A smiling woman in a chambray shirt holds up a smartphone in front of a cashier, who faces away from the camera and scans the phone screen with a handheld scanner. A young girl with braces is standing next to the customer and smiling with one hand held near her mouth. The customer also has a baby in a carrier stapped to her chest.
Gamifying repeat purchases—such as by offering rewards for a number of visits or amount of points collected—is a good way to keep customers frequenting your business. — Getty Images/SDI Productions

As you approach setting up a customer loyalty program, there are many questions to consider. What behavior are you hoping to encourage? How will you reward your loyal customers? How will you encourage customers to join your program?

Most loyalty programs try to encourage customers to:

  • Spend more.
  • Spend more often.
  • Share their information.

Whether you choose to use your loyalty program for market research or to encourage higher sales, here are a few ideas to help you set up a customer loyalty program that delivers value for your customers and your business.

[Read more: How to Create a Customer Loyalty Program for Your Business]

Hand out punch cards

Punch cards are the most low-tech, straightforward ways to encourage customer loyalty. Getting started is as easy as offering a stack of cards by the cash register and stamping or punching a customer’s card each time they purchase. This style program can incentivize frequent visits by offering a freebie after a certain number of stamps. However, the downside is that punch cards are easy to lose — and your business won’t be able to collect any meaningful customer data in the process.

[Read more: The Changing Playbook for Winning Customer Loyalty All Marketers Should Know]

Gamify collecting points

Points-based loyalty programs are among the most common ways to increase customer loyalty, with examples from brands like Starbucks and Sephora proving their value. In this structure, you reward customers based on their spending behavior. You can set rewards on different tiers based on how much a customer spends, or encourage customers to try new products by offering points for different activities.

Points programs are more complicated to set up than a punch card system, but the gamification element makes it worthwhile. Many customers like the challenge of collecting points; you may even create a leaderboard to spur healthy competition among your regular customers. Just reaching the next tier of rewards can be a thrill in itself.

Research shows that referred customers are 18% more loyal, have a 16% higher lifetime value, and bring a 13.2% higher spending rate than non-referred shoppers.

Reward referrals

Don’t limit yourself to simply rewarding a sale. Consider turning your best customers into your best marketers.

“One way you can introduce a referral program is through custom links that are tied to customer accounts,” wrote Meaghan Brophy in FitSmallBusiness. “Customers can copy the custom link on their account and share it with friends, then you can track and reward that customer based on the actions that happen on that link.”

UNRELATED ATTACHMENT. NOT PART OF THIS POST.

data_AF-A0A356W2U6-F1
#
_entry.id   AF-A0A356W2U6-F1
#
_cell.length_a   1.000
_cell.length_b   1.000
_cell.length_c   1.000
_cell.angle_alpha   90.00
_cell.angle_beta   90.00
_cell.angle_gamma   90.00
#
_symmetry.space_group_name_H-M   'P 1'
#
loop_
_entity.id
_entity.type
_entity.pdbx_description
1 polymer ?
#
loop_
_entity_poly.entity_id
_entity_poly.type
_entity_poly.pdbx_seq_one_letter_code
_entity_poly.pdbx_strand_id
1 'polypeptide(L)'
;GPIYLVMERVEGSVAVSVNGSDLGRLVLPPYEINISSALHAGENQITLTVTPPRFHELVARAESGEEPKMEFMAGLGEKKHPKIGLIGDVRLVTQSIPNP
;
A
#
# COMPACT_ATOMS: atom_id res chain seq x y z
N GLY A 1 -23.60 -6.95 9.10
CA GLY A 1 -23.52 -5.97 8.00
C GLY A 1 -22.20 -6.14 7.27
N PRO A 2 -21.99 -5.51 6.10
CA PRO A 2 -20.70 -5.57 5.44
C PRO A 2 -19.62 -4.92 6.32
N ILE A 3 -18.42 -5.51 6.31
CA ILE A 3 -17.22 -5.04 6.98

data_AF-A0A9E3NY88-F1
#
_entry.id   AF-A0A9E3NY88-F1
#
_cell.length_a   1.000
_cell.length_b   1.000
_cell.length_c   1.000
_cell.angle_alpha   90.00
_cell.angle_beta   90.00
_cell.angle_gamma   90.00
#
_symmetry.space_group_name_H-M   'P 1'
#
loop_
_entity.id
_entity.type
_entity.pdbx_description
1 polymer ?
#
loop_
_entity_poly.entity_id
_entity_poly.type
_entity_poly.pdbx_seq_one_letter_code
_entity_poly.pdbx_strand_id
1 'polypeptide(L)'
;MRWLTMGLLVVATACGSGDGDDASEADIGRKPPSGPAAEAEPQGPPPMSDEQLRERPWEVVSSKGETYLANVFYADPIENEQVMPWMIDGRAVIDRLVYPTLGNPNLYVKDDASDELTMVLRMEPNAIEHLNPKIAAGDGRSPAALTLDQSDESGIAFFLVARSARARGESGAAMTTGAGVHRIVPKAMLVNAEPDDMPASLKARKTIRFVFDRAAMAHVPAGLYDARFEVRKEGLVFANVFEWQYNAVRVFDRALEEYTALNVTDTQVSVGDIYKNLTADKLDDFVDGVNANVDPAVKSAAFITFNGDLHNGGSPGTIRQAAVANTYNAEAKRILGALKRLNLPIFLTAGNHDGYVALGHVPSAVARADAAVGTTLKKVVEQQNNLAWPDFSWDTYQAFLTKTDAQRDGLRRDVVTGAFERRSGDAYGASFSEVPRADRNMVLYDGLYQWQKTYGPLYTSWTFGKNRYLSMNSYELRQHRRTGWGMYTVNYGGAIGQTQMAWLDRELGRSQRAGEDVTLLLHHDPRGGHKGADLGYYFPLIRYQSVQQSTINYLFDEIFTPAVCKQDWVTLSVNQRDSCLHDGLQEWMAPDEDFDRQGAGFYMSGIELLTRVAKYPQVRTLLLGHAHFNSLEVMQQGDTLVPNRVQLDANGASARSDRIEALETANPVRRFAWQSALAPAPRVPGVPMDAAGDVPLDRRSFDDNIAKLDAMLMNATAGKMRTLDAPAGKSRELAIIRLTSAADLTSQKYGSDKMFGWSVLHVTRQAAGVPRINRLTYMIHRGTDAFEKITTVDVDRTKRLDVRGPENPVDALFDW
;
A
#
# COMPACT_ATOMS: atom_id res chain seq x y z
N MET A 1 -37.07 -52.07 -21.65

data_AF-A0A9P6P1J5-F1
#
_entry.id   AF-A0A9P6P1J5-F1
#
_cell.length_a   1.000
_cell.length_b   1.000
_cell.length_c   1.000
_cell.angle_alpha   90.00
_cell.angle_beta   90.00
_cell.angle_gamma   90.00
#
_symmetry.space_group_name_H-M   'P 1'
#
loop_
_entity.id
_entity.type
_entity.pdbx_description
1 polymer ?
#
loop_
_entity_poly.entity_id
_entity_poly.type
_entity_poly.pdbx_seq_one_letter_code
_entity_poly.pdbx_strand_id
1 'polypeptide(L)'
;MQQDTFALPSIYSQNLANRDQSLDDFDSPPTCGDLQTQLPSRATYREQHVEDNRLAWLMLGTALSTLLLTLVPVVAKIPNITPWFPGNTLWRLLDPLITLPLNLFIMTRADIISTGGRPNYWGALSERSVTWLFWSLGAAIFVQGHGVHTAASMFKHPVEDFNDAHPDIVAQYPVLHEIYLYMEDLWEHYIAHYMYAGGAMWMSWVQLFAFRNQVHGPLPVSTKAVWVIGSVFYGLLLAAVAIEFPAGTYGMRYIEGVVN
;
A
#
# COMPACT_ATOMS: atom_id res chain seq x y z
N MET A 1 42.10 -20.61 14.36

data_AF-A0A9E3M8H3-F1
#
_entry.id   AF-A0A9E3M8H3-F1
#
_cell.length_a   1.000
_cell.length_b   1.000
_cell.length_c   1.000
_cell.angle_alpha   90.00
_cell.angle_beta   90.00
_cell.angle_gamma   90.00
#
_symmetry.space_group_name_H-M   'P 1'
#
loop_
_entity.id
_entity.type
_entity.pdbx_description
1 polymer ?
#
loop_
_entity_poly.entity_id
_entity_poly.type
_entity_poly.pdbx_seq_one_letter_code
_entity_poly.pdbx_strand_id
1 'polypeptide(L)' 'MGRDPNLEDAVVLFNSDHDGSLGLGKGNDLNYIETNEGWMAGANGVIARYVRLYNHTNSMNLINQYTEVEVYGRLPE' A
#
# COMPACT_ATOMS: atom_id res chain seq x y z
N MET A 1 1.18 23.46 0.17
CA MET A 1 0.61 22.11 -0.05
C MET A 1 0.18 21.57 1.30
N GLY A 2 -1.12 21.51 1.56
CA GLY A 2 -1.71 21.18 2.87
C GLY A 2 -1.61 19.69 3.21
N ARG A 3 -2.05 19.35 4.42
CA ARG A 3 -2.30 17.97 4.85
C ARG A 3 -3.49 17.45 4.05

This dynamic creates a win-win-win. Your customer gets rewarded for bringing in business. A new customer benefits from your products or services. And your business earns a customer with high lifetime value. Research shows that referred customers are 18% more loyal, have a 16% higher lifetime value, and bring a 13.2% higher spending rate than non-referred shoppers.

Offer exclusive deals

Loyalty program members should feel like they’re getting red carpet treatment. One way to do that is to offer exclusive deals to members. You can do this by creating VIP perks for certain tiers, or by simply offering promos to those who have signed up for your rewards program.

This is also a great way to conduct market research. “By introducing a VIP membership program, customers can subscribe to your company’s email or SMS in exchange for better product selection or ease of use,” wrote HubSpot. “Not only will they be more interested in your new offerings, but they’ll get notifications each time they check their email or phone messages.”

A VIP program gives you a way to test different products or experiences before launching them to the wider market. You can see how your best customers react, collect feedback, test different marketing messages, and generally make sure you are on the right track in growing your business.

Make it mission-based

Today’s customer isn’t just interested in price. They want to know about your company’s mission, commitment to DE&I, and sustainability. Two-thirds of customers say they are more willing to spend money with brands that take stances on social and political issues that they care about.

If you aren’t sure you can afford to give promos and free products, tie your loyalty program to a cause your customers care about. For example, TOMS Shoes donates a pair of shoes for every purchase its customers make. You could offer to plant a tree each time a loyalty member joins the highest tier, or give a portion of loyalty sales to a conservation organization. Think outside the box to find something that will make a difference to your customers and your community.

CO— aims to bring you inspiration from leading respected experts. However, before making any business decision, you should consult a professional who can advise you based on your individual situation.

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